A very specific case of Reed's Conjecture
Reed's $\omega$,$\Delta$, $\chi$ conjecture proposes that every graph has $\chi \leq \lceil \tfrac 12(\Delta+1+\omega)\rceil$. Here $\chi$ is the chromatic number, $\Delta$ is the maximum degree, and $\omega$ is the clique number.
When restricted to triangle-free graphs, the equivalent question is, Does every triangle-free graph have chromatic number $\leq \frac \Delta 2 +2$?
This is known for $\Delta\leq 4$. In general for triangle-free graphs, $\chi \leq O(\Delta/\log \Delta)$, so the conjecture is also true for very large $\Delta$.
How about $\Delta=5$? $\Delta=6$? Because of parity, $\Delta=6$ is the easier of these two cases (and actually easily implies the $\Delta=5$ case. Can anyone prove it?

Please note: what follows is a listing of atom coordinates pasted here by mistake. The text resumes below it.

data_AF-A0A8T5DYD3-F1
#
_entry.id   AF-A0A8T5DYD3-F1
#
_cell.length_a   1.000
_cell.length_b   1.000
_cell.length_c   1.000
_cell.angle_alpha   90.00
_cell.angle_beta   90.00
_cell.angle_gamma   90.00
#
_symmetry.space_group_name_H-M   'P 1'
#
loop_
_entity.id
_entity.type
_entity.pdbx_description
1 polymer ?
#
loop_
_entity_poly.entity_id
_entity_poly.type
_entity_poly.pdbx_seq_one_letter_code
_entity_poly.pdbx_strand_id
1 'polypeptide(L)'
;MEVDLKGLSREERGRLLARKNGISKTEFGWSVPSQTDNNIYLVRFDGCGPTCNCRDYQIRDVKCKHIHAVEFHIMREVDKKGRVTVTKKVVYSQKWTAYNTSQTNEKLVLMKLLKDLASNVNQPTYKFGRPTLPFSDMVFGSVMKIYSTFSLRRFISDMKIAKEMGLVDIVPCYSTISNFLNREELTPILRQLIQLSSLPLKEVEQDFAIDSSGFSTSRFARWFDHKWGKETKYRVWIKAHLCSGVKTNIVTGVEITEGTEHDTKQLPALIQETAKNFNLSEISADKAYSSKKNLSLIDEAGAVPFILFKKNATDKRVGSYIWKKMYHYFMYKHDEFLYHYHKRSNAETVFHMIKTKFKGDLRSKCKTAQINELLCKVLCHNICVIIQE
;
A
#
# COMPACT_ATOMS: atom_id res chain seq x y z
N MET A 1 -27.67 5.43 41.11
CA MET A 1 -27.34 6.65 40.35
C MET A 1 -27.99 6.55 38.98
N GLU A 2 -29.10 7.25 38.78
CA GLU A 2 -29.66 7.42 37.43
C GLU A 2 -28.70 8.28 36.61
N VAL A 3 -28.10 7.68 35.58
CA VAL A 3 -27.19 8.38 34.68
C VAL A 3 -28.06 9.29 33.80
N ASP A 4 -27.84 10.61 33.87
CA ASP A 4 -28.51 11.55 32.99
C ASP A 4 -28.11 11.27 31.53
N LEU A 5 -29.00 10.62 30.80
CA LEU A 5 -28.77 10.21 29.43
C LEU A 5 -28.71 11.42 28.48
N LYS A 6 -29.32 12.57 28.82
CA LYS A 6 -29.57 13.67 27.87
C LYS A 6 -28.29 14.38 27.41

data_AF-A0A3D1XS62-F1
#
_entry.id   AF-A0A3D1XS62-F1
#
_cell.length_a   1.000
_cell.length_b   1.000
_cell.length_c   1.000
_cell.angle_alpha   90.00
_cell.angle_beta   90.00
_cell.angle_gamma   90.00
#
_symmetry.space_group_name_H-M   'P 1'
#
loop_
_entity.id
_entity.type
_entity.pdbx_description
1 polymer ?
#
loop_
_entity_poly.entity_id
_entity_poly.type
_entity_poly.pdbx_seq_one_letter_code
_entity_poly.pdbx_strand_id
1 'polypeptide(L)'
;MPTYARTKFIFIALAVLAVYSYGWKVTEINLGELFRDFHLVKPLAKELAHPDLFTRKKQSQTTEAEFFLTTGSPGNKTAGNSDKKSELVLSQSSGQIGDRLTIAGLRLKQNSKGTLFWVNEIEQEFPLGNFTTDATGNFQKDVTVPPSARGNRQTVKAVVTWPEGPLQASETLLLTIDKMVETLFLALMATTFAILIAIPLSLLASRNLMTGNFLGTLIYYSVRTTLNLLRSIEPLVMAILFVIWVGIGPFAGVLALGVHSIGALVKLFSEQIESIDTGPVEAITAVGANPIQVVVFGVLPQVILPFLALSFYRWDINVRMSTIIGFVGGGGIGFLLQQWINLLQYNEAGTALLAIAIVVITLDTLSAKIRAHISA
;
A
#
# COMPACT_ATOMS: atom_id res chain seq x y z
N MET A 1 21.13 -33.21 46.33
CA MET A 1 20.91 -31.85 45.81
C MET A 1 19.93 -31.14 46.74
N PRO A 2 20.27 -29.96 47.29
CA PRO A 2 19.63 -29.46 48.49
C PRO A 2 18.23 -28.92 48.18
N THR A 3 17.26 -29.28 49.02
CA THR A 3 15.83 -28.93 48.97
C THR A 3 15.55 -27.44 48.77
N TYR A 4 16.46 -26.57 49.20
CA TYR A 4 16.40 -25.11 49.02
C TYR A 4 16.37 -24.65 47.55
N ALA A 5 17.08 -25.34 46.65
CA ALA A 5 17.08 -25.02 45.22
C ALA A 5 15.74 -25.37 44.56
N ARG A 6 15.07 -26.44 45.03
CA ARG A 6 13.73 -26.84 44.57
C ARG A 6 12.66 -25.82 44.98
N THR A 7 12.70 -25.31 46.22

Kostochka proved that every triangle-free graph has $\chi \leq \frac 2 3 \Delta +2$. He also proved that $\chi\leq \frac \Delta 2 +2$ for graphs of sufficiently large girth depending on $\Delta$. Can anyone prove it for girth $\geq 5$? $4$?
This would at least provide some hope for proving Reed's Conjecture for triangle-free graphs.
Does every triangle-free graph with $\Delta\leq 6$ have $\chi \leq 5$? What about every graph with girth at least five?